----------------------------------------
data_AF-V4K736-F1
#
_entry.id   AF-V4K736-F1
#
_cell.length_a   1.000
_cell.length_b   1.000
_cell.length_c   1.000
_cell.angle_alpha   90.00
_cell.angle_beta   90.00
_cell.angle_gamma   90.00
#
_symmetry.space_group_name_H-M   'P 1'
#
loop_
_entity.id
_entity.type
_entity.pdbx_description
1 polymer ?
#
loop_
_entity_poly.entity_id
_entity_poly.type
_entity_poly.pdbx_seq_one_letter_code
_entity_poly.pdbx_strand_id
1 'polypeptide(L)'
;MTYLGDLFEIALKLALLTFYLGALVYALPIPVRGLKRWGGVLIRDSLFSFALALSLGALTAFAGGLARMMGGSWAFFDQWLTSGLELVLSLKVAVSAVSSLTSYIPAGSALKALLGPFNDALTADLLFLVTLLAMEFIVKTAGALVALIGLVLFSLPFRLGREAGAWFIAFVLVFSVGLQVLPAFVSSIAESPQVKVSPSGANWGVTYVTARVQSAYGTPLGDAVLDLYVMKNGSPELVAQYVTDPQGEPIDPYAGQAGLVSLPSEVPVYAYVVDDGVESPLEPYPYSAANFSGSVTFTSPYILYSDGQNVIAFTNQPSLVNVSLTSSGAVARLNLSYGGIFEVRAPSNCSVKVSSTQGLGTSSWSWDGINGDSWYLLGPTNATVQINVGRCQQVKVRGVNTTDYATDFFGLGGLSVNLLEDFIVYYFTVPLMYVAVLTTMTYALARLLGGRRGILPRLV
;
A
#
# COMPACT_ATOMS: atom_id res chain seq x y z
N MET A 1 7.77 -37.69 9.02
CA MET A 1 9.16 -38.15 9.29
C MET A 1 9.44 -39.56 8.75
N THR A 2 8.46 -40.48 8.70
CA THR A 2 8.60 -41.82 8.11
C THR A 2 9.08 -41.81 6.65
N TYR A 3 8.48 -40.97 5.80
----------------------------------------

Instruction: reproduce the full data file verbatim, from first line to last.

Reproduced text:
data_AF-V4K736-F1
#
_entry.id   AF-V4K736-F1
#
_cell.length_a   1.000
_cell.length_b   1.000
_cell.length_c   1.000
_cell.angle_alpha   90.00
_cell.angle_beta   90.00
_cell.angle_gamma   90.00
#
_symmetry.space_group_name_H-M   'P 1'
#
loop_
_entity.id
_entity.type
_entity.pdbx_description
1 polymer ?
#
loop_
_entity_poly.entity_id
_entity_poly.type
_entity_poly.pdbx_seq_one_letter_code
_entity_poly.pdbx_strand_id
1 'polypeptide(L)'
;MTYLGDLFEIALKLALLTFYLGALVYALPIPVRGLKRWGGVLIRDSLFSFALALSLGALTAFAGGLARMMGGSWAFFDQWLTSGLELVLSLKVAVSAVSSLTSYIPAGSALKALLGPFNDALTADLLFLVTLLAMEFIVKTAGALVALIGLVLFSLPFRLGREAGAWFIAFVLVFSVGLQVLPAFVSSIAESPQVKVSPSGANWGVTYVTARVQSAYGTPLGDAVLDLYVMKNGSPELVAQYVTDPQGEPIDPYAGQAGLVSLPSEVPVYAYVVDDGVESPLEPYPYSAANFSGSVTFTSPYILYSDGQNVIAFTNQPSLVNVSLTSSGAVARLNLSYGGIFEVRAPSNCSVKVSSTQGLGTSSWSWDGINGDSWYLLGPTNATVQINVGRCQQVKVRGVNTTDYATDFFGLGGLSVNLLEDFIVYYFTVPLMYVAVLTTMTYALARLLGGRRGILPRLV
;
A
#
# COMPACT_ATOMS: atom_id res chain seq x y z
N MET A 1 7.77 -37.69 9.02
CA MET A 1 9.16 -38.15 9.29
C MET A 1 9.44 -39.56 8.75
N THR A 2 8.46 -40.48 8.70
CA THR A 2 8.60 -41.82 8.11
C THR A 2 9.08 -41.81 6.65
N TYR A 3 8.48 -40.97 5.80